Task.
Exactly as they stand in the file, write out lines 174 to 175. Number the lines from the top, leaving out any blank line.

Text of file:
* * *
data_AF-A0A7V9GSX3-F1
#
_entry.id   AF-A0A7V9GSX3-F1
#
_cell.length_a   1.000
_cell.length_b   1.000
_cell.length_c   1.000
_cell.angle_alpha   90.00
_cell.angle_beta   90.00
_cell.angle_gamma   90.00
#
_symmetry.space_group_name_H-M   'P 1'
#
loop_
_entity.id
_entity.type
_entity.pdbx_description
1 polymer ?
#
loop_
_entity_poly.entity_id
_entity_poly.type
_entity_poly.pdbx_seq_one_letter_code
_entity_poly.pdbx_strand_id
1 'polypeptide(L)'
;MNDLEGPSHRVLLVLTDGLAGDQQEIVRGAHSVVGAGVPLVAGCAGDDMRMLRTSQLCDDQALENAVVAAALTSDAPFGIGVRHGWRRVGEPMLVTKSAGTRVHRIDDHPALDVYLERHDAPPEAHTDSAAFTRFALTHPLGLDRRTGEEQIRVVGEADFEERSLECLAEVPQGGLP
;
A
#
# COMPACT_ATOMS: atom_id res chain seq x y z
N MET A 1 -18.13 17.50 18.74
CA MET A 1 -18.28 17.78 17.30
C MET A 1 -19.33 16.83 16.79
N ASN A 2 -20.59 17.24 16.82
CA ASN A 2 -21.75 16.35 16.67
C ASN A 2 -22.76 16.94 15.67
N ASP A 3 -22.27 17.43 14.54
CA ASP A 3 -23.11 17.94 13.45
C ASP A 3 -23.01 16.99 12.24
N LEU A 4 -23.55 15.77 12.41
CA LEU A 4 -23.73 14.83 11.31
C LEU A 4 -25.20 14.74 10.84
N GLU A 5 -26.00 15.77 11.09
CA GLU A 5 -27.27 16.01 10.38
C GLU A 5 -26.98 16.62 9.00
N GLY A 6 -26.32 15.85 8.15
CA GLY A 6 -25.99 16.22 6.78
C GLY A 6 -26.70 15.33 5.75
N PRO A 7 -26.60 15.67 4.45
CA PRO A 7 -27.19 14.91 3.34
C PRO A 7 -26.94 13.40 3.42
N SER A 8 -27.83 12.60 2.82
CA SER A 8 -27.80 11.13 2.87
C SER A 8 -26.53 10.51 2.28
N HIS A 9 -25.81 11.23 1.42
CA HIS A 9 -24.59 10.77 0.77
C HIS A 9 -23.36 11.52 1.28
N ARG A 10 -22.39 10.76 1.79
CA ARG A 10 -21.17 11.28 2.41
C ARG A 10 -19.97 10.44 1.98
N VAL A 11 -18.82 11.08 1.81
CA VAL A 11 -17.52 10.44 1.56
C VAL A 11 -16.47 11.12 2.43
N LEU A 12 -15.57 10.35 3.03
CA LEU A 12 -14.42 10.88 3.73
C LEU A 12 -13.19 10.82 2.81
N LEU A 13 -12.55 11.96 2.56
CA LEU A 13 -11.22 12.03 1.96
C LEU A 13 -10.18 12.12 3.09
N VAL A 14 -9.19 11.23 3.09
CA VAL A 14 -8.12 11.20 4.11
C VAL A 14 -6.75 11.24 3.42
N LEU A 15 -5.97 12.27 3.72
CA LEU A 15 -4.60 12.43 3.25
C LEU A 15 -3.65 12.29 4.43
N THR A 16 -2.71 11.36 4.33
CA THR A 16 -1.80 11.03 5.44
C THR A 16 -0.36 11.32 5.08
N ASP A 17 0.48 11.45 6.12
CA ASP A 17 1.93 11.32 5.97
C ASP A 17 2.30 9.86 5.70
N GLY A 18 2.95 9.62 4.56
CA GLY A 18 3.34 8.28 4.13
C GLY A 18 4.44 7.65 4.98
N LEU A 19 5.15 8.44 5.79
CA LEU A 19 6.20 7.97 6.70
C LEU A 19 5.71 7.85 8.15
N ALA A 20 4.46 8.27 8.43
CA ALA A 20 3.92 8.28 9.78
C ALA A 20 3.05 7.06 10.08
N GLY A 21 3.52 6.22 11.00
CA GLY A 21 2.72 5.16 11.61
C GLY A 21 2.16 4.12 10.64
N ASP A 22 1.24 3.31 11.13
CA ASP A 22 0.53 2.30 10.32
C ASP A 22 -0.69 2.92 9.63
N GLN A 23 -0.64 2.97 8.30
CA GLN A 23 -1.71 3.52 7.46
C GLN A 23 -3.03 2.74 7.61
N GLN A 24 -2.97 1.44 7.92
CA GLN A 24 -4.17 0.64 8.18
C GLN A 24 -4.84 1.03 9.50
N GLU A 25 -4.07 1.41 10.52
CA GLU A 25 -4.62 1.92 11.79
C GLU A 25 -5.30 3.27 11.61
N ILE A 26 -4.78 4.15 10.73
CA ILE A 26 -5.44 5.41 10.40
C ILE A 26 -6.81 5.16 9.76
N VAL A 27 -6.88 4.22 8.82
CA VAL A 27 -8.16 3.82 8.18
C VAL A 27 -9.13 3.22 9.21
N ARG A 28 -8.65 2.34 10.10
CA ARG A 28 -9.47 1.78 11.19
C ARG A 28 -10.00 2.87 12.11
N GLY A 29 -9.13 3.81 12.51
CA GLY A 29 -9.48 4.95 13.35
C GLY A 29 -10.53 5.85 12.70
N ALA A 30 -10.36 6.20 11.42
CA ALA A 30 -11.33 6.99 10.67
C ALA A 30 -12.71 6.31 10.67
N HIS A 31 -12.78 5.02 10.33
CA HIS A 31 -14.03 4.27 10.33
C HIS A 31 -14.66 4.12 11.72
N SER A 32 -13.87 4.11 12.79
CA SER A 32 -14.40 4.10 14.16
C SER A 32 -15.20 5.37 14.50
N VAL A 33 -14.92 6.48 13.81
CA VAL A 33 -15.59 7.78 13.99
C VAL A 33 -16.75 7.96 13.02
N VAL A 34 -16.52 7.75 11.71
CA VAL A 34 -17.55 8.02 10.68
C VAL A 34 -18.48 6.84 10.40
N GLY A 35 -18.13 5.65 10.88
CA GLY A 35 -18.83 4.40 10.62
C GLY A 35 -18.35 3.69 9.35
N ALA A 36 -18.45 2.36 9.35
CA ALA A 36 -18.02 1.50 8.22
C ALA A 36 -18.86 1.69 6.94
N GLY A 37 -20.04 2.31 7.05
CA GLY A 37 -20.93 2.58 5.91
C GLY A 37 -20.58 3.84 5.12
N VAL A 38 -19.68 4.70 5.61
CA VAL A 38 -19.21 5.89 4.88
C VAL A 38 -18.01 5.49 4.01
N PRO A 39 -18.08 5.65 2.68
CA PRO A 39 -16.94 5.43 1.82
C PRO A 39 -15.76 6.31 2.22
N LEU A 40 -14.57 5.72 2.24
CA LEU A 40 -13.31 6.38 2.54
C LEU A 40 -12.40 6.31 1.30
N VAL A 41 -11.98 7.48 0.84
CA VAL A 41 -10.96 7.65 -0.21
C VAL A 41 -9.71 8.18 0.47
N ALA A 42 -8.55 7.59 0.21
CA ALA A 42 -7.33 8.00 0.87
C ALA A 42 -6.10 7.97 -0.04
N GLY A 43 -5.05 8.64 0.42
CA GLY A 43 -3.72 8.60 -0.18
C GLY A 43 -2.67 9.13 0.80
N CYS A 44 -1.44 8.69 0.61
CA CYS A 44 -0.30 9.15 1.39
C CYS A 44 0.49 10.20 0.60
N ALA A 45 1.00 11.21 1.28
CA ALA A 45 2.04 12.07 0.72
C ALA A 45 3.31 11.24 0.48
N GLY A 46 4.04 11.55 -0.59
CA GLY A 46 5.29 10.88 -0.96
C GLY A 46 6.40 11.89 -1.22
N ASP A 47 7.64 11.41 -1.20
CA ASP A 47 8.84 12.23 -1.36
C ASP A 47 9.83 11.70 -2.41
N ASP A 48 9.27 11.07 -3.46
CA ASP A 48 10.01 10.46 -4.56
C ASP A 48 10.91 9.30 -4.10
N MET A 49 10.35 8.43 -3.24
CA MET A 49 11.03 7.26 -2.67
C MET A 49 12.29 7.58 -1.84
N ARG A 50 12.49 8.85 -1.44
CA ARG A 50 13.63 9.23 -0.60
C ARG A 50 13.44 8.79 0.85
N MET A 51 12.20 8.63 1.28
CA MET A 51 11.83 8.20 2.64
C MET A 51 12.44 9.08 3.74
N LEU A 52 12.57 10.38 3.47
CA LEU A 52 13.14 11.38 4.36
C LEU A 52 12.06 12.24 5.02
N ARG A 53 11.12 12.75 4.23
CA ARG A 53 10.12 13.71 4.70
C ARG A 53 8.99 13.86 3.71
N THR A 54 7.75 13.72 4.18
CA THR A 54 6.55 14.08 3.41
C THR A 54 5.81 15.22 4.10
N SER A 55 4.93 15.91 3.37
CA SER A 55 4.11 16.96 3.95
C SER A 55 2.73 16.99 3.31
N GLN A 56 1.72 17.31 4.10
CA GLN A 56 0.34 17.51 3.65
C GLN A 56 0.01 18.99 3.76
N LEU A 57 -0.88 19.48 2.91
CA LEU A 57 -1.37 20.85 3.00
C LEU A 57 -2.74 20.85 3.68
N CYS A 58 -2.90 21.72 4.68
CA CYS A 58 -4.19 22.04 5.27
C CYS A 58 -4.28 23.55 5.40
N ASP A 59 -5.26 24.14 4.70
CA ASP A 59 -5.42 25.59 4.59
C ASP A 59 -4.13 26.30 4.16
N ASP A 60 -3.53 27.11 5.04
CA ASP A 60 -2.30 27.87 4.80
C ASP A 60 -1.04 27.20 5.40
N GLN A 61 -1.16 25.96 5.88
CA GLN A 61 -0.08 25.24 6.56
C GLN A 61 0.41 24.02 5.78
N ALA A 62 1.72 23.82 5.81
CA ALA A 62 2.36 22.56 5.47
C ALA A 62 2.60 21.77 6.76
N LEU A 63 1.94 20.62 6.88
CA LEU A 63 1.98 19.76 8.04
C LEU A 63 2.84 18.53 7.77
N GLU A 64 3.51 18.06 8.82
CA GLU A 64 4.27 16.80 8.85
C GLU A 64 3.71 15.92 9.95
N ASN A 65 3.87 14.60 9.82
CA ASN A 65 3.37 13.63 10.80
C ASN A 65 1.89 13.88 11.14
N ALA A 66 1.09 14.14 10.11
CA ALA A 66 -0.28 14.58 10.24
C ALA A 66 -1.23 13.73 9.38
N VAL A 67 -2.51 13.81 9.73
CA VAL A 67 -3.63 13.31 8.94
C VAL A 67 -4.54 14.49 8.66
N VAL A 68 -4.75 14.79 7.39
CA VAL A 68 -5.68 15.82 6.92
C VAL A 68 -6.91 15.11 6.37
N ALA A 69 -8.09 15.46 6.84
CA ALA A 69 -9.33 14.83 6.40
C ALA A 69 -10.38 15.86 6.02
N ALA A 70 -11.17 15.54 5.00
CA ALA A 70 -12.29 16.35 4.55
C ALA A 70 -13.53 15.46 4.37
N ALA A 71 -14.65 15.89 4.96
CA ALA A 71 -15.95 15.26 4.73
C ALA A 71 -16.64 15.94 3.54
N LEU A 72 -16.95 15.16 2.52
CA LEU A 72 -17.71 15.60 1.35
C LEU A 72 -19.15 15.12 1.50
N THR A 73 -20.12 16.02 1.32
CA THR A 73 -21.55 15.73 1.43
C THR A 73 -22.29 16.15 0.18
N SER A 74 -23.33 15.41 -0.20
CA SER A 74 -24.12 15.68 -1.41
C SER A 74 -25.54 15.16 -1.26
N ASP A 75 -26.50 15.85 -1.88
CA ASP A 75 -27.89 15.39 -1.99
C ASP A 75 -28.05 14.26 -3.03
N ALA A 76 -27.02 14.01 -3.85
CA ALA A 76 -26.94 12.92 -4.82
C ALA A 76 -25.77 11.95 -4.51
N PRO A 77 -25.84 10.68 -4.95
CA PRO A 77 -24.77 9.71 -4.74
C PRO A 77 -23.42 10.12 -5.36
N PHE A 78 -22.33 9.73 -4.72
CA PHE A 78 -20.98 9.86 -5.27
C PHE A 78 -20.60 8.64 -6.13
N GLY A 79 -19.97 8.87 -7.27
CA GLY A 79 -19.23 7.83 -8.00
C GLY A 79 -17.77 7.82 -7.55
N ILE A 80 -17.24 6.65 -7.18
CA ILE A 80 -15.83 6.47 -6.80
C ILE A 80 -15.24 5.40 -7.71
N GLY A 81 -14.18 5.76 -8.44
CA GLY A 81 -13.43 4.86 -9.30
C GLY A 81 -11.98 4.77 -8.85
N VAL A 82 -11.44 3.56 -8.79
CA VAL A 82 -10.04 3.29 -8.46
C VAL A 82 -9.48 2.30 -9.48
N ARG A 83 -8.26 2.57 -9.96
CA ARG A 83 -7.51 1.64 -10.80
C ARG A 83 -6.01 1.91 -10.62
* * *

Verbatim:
C ASP A 48 10.91 9.30 -4.10
N MET A 49 10.35 8.43 -3.24